In addition to a growing local competition, Ireland’s national footy team, the Warriors, were inaugural members of the International Cup in 2002, when they won the premiership over heavily-favored Papua New Guinea, in addition to prior victories over Canada, Samoa, New Zealand, South Africa, and the United States.

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In both 2005 and 2008, the Irish team (AKA the Green Machine) finished in fourth place, suffering losses to both PNG and the US in ’05 and falling to New Zealand during round one of the finals in ’08. However, Ireland rebounded three years later, taking home the 2011 IC title with another nice win over PNG. The Green Machine/Warriors are one of the most successful IC teams ever, as they’ve never finished below fourth place overall and are tied with PNG for the most premierships.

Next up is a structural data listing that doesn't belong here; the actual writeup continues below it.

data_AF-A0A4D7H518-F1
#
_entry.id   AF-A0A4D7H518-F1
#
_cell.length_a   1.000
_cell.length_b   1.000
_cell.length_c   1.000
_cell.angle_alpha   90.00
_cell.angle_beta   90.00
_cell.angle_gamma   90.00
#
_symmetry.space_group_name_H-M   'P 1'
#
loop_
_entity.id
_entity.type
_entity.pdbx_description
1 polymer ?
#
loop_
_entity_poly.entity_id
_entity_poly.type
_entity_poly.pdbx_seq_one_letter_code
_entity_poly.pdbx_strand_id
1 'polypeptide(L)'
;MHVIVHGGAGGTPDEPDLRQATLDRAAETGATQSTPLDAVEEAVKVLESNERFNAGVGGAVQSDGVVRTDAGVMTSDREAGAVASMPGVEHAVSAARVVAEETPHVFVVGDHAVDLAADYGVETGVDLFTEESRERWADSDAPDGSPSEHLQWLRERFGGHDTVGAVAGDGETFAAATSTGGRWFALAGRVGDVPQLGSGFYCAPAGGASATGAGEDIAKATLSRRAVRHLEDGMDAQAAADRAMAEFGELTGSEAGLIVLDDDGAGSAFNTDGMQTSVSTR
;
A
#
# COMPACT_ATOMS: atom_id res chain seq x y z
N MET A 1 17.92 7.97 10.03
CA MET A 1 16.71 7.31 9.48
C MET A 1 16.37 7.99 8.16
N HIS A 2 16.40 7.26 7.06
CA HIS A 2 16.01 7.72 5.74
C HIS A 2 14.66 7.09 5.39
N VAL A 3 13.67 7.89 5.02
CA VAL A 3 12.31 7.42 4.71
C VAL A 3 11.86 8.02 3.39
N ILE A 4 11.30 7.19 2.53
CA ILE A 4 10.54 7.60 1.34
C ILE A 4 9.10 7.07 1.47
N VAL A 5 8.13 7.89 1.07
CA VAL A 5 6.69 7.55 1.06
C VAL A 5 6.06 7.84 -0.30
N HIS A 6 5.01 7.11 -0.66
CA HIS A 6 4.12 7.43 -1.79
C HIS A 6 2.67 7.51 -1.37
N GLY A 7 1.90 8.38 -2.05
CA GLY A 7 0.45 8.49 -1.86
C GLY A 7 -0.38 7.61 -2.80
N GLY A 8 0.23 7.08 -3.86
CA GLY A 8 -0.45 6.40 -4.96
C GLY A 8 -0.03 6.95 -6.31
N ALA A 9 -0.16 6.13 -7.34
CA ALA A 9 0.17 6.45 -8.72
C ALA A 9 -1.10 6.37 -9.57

The women’s national team, the Banshees, was also an inaugural member of the women’s IC in 2011, winning the Grand Final that year and finishing as runners-up to Canada in 2014.

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While Gaelic football still dominates the local media coverage and captivates spectators, the future of Aussie rules in Ireland still looks bright, due to the triennial International Rules Series, the emergence of several Gaelic converts in the AFL, and the chance to compete abroad at the International Cup. There are roughly 150 registered Irish footy players, as well as a junior development program.

AUSTRALIAN RULES FOOTBALL LEAGUE OF IRELAND
  • Belfast Redbacks
  • Dublin Demons
  • Galway Magpies
  • Leeside Lions